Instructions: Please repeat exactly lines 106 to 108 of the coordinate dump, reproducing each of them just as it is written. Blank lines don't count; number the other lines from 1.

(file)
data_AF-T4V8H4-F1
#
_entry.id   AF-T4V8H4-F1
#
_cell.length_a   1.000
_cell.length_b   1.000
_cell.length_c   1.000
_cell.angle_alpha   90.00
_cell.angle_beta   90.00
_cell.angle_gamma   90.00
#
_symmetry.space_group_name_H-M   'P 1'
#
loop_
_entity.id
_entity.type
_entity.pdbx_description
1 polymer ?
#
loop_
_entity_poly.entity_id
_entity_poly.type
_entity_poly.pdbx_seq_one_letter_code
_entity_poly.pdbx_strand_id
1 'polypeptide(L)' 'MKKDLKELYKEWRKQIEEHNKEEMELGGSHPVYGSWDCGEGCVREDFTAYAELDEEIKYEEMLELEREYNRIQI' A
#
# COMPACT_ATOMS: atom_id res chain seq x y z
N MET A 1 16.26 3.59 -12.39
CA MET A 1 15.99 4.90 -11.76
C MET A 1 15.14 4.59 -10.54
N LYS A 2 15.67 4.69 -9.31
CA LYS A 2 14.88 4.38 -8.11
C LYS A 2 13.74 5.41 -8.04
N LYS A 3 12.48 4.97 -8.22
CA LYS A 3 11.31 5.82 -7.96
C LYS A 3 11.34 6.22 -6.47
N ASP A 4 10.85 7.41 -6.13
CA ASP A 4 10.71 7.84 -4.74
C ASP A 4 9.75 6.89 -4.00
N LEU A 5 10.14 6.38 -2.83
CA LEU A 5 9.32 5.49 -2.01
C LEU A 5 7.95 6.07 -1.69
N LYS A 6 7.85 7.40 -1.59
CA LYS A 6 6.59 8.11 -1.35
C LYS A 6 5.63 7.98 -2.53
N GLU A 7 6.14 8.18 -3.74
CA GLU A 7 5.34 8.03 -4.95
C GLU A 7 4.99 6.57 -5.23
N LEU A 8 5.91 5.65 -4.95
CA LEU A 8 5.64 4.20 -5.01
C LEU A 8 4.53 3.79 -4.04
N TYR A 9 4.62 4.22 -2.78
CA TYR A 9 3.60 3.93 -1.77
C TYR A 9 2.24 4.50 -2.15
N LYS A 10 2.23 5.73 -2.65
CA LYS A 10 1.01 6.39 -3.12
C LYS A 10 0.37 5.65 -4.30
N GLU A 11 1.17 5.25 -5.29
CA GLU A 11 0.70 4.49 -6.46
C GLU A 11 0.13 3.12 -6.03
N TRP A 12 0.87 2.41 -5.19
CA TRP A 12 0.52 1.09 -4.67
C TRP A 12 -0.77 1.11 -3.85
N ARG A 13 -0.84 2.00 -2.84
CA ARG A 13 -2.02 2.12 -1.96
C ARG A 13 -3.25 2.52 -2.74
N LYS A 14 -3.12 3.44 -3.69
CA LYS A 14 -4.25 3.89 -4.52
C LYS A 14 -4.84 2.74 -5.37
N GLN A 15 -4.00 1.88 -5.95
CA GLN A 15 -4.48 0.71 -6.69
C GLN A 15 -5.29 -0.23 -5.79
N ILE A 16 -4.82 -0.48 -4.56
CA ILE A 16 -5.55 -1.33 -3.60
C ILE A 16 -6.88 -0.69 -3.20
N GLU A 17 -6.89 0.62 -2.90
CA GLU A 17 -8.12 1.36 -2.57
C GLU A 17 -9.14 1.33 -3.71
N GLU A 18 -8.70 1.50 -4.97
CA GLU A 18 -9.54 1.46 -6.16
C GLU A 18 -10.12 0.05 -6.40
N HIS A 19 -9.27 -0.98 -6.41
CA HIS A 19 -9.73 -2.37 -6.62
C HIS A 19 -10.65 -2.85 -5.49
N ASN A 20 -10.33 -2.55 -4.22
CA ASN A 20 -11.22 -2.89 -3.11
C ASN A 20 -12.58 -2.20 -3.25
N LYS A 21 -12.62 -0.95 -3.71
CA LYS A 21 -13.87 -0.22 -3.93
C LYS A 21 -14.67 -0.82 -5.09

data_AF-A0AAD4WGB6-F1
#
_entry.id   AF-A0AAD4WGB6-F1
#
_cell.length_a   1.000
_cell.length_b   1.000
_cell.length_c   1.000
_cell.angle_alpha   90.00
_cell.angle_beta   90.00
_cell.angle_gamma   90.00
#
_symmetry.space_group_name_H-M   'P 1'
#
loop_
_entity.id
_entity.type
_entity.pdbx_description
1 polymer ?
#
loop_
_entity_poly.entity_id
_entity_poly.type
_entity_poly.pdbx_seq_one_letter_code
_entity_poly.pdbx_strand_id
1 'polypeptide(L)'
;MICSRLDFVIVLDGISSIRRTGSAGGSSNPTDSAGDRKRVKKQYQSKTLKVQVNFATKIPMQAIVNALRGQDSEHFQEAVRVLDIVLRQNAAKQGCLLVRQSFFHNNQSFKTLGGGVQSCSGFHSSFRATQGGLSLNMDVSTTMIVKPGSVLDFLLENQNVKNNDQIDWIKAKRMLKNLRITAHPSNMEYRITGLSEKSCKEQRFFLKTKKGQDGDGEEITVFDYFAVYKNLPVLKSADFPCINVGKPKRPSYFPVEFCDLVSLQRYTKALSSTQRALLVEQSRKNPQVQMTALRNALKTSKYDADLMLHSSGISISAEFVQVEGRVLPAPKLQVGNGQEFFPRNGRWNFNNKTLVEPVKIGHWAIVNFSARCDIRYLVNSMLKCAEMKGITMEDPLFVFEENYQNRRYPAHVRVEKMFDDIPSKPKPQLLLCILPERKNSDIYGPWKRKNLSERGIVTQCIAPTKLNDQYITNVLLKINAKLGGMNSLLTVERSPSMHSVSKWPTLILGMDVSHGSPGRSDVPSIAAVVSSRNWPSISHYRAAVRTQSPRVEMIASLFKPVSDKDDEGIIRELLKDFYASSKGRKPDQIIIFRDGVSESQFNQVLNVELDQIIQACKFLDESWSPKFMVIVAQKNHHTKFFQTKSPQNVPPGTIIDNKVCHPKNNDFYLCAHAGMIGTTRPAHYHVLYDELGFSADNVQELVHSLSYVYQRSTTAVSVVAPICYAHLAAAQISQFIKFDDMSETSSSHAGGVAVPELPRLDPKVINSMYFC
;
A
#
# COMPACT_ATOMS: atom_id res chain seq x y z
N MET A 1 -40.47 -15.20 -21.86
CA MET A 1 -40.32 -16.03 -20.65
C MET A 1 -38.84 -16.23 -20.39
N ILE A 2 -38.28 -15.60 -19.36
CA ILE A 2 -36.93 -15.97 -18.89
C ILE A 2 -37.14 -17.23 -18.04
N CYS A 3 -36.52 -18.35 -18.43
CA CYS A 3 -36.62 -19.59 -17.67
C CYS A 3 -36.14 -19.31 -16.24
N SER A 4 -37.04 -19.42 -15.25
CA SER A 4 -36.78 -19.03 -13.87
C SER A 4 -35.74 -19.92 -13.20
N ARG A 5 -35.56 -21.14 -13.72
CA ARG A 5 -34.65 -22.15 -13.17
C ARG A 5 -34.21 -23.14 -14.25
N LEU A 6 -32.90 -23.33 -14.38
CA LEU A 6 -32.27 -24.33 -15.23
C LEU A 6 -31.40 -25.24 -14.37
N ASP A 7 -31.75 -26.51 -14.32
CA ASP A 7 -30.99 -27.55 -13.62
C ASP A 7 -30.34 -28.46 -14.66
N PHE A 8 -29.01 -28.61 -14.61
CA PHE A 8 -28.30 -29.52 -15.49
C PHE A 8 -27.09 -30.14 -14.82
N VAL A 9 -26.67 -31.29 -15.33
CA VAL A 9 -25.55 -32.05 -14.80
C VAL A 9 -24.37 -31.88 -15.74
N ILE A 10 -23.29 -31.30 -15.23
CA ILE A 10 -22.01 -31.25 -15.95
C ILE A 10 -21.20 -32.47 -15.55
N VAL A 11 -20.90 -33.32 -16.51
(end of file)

_entity.type
_entity.pdbx_description
1 polymer ?